In the ’80s and ’90s, action movies were actually comic book films but just a little bit more goofy as they would have seemingly superhuman skills at fighting and killing. Don’t believe me? Take a look at this clip of Commando, starring Arnold Schwarzenegger, as he invades the bad guy’s island property and single-handedly take down an entire army of soldiers!

Also, it seems like action heroes of those days were much beefier and larger than life than the ones we have today. No offense to guys like Tom Cruise and Jason Statham, but their physiques pale in comparison to the likes of Arnold Schwarzenegger, Sylvester Stallone and Jean-Claude Van Damme. The action heroes of the ’80s and ’90s were a product of the times where bigger is better.

To be fair, there are still some action films that try to copy the over-the-top action films of the ’80s and ’90s. Films like 300, John Wick, Taken and even the Fast and Furious series to seem to take their inspiration from the era. But those films are often said to be goofy, testosterone-filled films… which is actually a good descriptions of the action films of before. So I guess they’re doing something right?

5. 30 minute toy commercials

Can you imagine rushing home after school just so you can watch a bunch of overly-long commercials? Well, that’s what most kids did during the ’80s and ’90s because these commercials were cleverly disguised as cartoons. This wasn’t exactly a new thing but these 30-minute toy commercials definitely reached a fevered pitch during that time period as the most popular cartoons then were shows like He-Man, Transformers, GI Joe, Centurions, Captain Power, Sky Commanders, Dino Riders and MASK.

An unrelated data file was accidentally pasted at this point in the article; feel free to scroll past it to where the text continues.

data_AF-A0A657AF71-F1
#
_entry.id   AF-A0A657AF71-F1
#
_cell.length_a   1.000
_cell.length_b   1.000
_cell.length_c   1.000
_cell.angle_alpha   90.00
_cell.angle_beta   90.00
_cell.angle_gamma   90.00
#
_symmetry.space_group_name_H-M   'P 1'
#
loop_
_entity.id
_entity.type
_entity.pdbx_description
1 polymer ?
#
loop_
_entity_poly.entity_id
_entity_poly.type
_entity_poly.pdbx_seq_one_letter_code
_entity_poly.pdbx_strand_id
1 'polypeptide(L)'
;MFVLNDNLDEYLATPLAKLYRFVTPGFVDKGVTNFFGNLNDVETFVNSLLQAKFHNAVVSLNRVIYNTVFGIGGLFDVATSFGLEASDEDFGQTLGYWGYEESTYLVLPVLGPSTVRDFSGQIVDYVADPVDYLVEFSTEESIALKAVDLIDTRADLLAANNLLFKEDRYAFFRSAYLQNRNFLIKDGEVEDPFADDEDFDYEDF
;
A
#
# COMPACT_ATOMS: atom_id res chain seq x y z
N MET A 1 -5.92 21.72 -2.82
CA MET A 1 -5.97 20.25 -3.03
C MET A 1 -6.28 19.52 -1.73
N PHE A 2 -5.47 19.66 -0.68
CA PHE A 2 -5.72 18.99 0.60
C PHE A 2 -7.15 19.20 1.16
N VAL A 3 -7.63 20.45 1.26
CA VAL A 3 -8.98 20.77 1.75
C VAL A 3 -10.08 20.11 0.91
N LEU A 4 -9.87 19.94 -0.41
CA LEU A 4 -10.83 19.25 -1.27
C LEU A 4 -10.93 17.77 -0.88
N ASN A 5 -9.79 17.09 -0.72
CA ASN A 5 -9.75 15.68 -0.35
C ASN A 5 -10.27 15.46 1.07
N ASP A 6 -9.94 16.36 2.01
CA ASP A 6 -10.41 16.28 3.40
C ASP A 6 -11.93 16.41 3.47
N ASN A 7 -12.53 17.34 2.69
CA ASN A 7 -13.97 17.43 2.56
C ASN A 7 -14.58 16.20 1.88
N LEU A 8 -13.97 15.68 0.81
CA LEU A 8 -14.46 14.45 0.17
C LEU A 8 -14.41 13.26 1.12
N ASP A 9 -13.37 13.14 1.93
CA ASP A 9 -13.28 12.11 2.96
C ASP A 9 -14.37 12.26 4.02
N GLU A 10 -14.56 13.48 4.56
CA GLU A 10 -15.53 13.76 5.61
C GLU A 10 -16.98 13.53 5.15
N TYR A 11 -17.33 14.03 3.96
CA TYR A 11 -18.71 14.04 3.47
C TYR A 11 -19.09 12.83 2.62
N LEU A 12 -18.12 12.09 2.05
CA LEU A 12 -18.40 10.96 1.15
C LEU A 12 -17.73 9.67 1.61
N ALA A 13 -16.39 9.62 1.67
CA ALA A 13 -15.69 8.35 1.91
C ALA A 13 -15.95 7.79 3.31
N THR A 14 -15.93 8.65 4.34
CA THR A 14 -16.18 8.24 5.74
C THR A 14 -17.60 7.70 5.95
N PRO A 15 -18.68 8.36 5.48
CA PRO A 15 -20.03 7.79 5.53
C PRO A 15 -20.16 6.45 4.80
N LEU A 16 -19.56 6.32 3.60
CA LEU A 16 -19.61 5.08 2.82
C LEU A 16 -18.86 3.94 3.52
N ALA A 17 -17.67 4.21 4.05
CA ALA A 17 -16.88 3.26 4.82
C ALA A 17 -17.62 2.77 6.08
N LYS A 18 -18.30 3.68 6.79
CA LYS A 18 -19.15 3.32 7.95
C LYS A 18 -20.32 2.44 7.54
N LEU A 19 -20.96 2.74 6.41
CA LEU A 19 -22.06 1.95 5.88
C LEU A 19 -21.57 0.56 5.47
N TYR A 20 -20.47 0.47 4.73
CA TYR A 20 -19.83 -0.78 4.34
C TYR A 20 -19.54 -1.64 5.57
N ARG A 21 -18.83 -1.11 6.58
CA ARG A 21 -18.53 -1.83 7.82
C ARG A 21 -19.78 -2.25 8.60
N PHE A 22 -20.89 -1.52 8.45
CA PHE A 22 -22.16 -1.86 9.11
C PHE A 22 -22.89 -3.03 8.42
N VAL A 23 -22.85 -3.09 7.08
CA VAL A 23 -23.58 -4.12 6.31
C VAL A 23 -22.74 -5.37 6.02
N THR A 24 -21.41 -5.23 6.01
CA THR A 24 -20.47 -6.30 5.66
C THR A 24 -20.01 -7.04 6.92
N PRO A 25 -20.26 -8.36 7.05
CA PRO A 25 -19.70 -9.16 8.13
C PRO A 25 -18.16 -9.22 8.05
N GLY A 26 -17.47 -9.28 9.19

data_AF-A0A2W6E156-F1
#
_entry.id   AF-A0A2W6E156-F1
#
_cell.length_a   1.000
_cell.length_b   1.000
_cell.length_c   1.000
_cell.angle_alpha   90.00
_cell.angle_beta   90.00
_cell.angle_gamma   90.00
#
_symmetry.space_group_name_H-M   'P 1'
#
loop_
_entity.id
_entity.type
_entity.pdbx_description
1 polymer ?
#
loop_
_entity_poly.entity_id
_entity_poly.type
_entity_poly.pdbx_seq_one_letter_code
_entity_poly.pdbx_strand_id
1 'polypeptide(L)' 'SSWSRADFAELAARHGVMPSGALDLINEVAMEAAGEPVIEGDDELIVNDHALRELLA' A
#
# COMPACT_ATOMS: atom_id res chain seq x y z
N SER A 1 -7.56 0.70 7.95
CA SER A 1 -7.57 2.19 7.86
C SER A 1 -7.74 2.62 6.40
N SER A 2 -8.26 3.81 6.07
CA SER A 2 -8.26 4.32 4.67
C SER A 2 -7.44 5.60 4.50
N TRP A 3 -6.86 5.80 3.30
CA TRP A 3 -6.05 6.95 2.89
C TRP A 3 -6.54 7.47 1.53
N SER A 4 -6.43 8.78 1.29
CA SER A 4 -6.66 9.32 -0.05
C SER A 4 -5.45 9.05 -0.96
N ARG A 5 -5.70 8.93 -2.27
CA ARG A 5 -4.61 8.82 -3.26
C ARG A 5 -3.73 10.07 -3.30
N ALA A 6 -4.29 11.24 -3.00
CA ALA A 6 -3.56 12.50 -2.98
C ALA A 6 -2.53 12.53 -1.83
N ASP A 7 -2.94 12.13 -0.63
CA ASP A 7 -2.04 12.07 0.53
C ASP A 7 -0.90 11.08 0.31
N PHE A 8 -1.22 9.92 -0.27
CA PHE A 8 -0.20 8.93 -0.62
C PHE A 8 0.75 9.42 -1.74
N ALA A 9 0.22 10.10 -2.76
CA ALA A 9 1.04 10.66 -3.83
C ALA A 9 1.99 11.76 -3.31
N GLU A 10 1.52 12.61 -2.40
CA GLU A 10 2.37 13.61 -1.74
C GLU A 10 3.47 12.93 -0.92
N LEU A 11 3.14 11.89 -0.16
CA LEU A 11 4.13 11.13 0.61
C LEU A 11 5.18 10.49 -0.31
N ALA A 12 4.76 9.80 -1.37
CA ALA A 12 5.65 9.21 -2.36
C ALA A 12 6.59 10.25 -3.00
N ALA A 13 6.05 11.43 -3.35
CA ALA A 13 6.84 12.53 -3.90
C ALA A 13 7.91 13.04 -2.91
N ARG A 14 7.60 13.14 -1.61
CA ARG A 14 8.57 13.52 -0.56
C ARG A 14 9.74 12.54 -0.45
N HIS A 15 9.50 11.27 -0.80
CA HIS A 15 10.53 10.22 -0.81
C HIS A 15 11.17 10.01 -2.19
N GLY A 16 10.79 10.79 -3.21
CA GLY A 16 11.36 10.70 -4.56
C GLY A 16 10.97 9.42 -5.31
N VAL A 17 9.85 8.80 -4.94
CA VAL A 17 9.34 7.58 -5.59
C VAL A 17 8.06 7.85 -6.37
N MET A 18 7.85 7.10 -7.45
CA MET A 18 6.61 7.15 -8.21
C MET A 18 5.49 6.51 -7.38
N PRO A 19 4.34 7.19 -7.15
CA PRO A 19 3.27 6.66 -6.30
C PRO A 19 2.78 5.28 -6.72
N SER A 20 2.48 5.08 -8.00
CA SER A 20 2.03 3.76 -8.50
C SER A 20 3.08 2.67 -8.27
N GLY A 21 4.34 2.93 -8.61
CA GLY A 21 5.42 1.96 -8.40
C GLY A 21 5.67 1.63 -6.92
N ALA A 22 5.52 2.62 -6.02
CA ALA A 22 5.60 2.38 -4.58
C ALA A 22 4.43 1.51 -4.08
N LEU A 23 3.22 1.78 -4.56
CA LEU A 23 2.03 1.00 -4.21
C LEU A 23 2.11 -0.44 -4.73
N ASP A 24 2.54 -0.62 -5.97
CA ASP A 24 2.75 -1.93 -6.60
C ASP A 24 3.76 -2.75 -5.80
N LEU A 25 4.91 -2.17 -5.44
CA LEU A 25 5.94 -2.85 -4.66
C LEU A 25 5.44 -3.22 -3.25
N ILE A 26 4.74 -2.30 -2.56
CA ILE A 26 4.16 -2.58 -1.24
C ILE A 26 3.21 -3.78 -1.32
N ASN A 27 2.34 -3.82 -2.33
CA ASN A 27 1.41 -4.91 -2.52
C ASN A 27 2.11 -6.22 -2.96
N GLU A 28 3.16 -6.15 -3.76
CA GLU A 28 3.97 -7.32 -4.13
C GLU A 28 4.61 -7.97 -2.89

Those are probably just the tip of the iceberg because there definitely seemed to be more than just those eight I mentioned. The point it there were a lot of them and they were generally successful marketing plots to get kids to force their parents to get the toys that were associated with the show. Cartoons today do still have toys associated with them but nowadays, the toys came after the show became a hit. During the ’80s and ’90s, the cartoon was made for the sole purpose of promoting the toys!

Still, a lot of us look at those shows and wax nostalgia over them. We’re all grown up now and we know they were just a marketing tool just to sell more toys but… wow. Those 30-minute commercials were just so plain cool!

Are there any other strange concepts that came from the ’80s and ’90s you can think of? Let me know what they are in the comments section below!